The commercial version will offer a more sophisticated automation layer for larger companies with greater scale requirements. It will also provide better lifecycle management, so companies can get rid of older data or move it to cheaper long-term storage to reduce costs. It’s also offering the ability to reorder data in an automated fashion when that’s required, and, finally, it’s making it easier to turn the time series data into a series of data points for analytics purposes. The company also hinted that a managed cloud version is on the road map for later this year.

The new money should help Timescale continue fueling the growth and development of the product, especially as it builds out the commercial offering. Timescale, which was founded in 2015 in NYC, currently has 30 employees. With the new influx of cash, it expects to double that over the next year.


AWS launches new time series database

AWS announced a new time series database today at AWS re:Invent in Las Vegas. The new product called DynamoDB On-Demand is a fully managed database designed to track items over time, which can be particularly useful for Internet of Things scenarios.

“With time series data each data point consists of a timestamp and one or more attributes and it really measures how things change over time and helps drive real time decisions,” AWS CEO Andy Jassy explained.

He sees a problem though with existing open source and commercial solutions, which says don’t scale well and hard to manage. This is of course a problem that a cloud service like AWS often helps solve.

Not surprising as customers were looking for a good time series database solution, AWS decided to create one themselves. “Today we are introducing Amazon DynamoDB on-demand, a flexible new billing option for DynamoDB capable of serving thousands of requests per second without capacity planning,” Danilo Poccia from AWS wrote in the blog post introducing the new service.

Jassy said that they built DynamoDB on-demand from the ground up with an architecture that organizes data by time intervals and enables time series specific data compression, which leads to less scanning and faster performance.

He claims it will be a thousand times faster at a tenth of cost, and of course it scales up and down as required and includes all of the analytics capabilities you need to understand all of the data you are tracking.

This new service is available across the world starting today.

more AWS re:Invent 2018 coverage


Percona Live Europe 2018 – Save the Date!

Percona Live Europe 2018

Percona Live Europe 2018We’ve been searching for a great venue for Percona Live Europe 2018, and I am thrilled to announce we’ll be hosting it in Frankfurt, Germany! Please block November 5-7, 2018 on your calendar now and plan to join us at the Radisson Blu Frankfurt for the premier open source database conference.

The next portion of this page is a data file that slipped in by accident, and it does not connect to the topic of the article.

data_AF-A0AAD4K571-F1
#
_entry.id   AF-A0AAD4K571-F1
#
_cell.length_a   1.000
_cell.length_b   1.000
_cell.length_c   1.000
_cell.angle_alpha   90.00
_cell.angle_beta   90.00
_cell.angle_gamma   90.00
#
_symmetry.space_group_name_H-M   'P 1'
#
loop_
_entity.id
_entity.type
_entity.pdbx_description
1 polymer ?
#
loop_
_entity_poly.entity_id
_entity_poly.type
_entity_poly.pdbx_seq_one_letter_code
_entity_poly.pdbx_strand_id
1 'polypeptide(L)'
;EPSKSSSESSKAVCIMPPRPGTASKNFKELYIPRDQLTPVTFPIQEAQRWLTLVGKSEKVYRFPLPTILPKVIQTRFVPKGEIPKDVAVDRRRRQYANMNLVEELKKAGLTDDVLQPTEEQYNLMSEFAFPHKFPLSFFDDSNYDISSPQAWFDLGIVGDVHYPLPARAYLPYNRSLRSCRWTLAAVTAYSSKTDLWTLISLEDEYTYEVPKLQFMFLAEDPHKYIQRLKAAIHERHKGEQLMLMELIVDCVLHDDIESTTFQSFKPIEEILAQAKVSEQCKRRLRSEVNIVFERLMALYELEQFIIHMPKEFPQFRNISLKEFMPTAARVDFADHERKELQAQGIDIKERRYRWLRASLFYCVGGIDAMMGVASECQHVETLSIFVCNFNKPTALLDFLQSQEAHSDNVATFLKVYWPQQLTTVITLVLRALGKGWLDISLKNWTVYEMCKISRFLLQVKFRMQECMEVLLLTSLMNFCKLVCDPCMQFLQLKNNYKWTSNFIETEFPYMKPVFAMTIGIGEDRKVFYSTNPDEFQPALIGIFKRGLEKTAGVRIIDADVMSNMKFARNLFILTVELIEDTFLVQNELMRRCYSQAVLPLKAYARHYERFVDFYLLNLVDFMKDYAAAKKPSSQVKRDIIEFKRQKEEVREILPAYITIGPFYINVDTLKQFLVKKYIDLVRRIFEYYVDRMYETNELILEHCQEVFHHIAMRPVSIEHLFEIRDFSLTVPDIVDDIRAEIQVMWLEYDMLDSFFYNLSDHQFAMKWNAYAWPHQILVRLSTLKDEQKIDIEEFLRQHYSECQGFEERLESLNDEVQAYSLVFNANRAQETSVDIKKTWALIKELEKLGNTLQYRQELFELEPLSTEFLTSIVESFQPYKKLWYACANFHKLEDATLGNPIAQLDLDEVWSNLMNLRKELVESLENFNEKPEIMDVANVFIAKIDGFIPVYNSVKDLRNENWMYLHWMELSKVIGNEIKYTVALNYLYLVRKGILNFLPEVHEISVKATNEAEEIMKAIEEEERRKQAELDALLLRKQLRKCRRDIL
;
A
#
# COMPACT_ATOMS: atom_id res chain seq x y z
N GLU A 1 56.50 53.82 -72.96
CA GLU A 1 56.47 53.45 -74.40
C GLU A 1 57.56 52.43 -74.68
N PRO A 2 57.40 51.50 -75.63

We’re in the final days of organizing for the Percona Live 2018 in Santa Clara. You can still purchase tickets for an amazing lineup of keynote speakers, tutorials and sessions. We have ten tracks, including MySQL, MongoDB, Cloud, PostgreSQL, Containers and Automation, Monitoring and Ops, and Database Security. Major areas of focus at the conference will include:

  • Database operations and automation at scale, featuring speakers from Facebook, Slack, Github and more
  • Databases in the cloud – how database-as-a-service (DBaaS) is changing the DB landscape, featuring speakers from AWS, Microsoft, Alibaba and more
  • Security and compliance – how GDPR and other government regulations are changing the way we manage databases, featuring speakers from Fastly, Facebook, Pythian, Percona and more
  • Bridging the gap between developers and DBAs – finding common ground, featuring speakers from Square, Oracle, Percona and more

The Call for Papers for Percona Live Europe will open soon. We look forward to seeing you in Santa Clara!

The post Percona Live Europe 2018 – Save the Date! appeared first on Percona Database Performance Blog.


Percona Live 2018 Featured Talk: Databases Have Forgotten About Single Node Performance, A Wrongheaded Trade-Off with Mat Arye

Mat Ayre TimeScale Percona Live 18

Percona Live 2018 Featured TalkWelcome to another interview blog for the rapidly-approaching Percona Live 2018. Each post in this series highlights a Percona Live 2018 featured talk at the conference and gives a short preview of what attendees can expect to learn from the presenter.

This blog post highlights Mat Arye, Core Database Engineer at Timescale. His talk is titled Databases Have Forgotten About Single Node Performance, A Wrongheaded Trade-Off. Distributed systems were built to scale out for ballooning user bases and operations. As more and more companies vied to be the next Google, Amazon or Facebook, they too “required” horizontal scalability. But in a real way, NoSQL and even NewSQL have forgotten single node performance, where scaling out isn’t an option. And single node performance is important because it allows you to do more with much less.  In our conversation, we discussed why you shouldn’t forget to focus on single-node performance:

Percona: Who are you, and how did you get into databases? What was your path to your current responsibilities?